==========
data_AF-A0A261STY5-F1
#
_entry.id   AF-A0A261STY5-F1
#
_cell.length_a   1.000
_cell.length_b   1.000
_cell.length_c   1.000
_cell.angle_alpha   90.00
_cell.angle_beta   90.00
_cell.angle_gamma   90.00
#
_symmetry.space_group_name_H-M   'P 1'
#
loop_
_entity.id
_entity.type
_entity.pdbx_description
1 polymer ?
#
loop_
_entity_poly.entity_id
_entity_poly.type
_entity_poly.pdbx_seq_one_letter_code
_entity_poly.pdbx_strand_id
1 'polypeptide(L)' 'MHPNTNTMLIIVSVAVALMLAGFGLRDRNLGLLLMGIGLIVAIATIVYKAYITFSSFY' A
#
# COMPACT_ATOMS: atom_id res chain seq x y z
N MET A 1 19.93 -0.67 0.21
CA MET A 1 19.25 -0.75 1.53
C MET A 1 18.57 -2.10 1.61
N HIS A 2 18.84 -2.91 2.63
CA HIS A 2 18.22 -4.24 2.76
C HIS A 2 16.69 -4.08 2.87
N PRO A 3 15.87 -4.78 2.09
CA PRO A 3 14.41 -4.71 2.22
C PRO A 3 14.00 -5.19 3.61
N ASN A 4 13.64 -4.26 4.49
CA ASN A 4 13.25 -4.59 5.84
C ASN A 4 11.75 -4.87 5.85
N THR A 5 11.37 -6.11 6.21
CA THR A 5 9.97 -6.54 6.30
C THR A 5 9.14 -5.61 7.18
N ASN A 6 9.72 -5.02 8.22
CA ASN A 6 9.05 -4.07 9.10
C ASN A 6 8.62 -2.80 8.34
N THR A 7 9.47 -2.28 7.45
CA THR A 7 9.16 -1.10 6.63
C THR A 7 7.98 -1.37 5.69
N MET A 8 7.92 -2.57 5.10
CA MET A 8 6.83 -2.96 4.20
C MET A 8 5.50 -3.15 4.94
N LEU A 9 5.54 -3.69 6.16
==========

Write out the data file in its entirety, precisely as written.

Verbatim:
data_AF-A0A261STY5-F1
#
_entry.id   AF-A0A261STY5-F1
#
_cell.length_a   1.000
_cell.length_b   1.000
_cell.length_c   1.000
_cell.angle_alpha   90.00
_cell.angle_beta   90.00
_cell.angle_gamma   90.00
#
_symmetry.space_group_name_H-M   'P 1'
#
loop_
_entity.id
_entity.type
_entity.pdbx_description
1 polymer ?
#
loop_
_entity_poly.entity_id
_entity_poly.type
_entity_poly.pdbx_seq_one_letter_code
_entity_poly.pdbx_strand_id
1 'polypeptide(L)' 'MHPNTNTMLIIVSVAVALMLAGFGLRDRNLGLLLMGIGLIVAIATIVYKAYITFSSFY' A
#
# COMPACT_ATOMS: atom_id res chain seq x y z
N MET A 1 19.93 -0.67 0.21
CA MET A 1 19.25 -0.75 1.53
C MET A 1 18.57 -2.10 1.61
N HIS A 2 18.84 -2.91 2.63
CA HIS A 2 18.22 -4.24 2.76
C HIS A 2 16.69 -4.08 2.87
N PRO A 3 15.87 -4.78 2.09
CA PRO A 3 14.41 -4.71 2.22
C PRO A 3 14.00 -5.19 3.61
N ASN A 4 13.64 -4.26 4.49
CA ASN A 4 13.25 -4.59 5.84
C ASN A 4 11.75 -4.87 5.85
N THR A 5 11.37 -6.11 6.21
CA THR A 5 9.97 -6.54 6.30
C THR A 5 9.14 -5.61 7.18
N ASN A 6 9.72 -5.02 8.22
CA ASN A 6 9.05 -4.07 9.10
C ASN A 6 8.62 -2.80 8.34
N THR A 7 9.47 -2.28 7.45
CA THR A 7 9.16 -1.10 6.63
C THR A 7 7.98 -1.37 5.69
N MET A 8 7.92 -2.57 5.10
CA MET A 8 6.83 -2.96 4.20
C MET A 8 5.50 -3.15 4.94
N LEU A 9 5.54 -3.69 6.16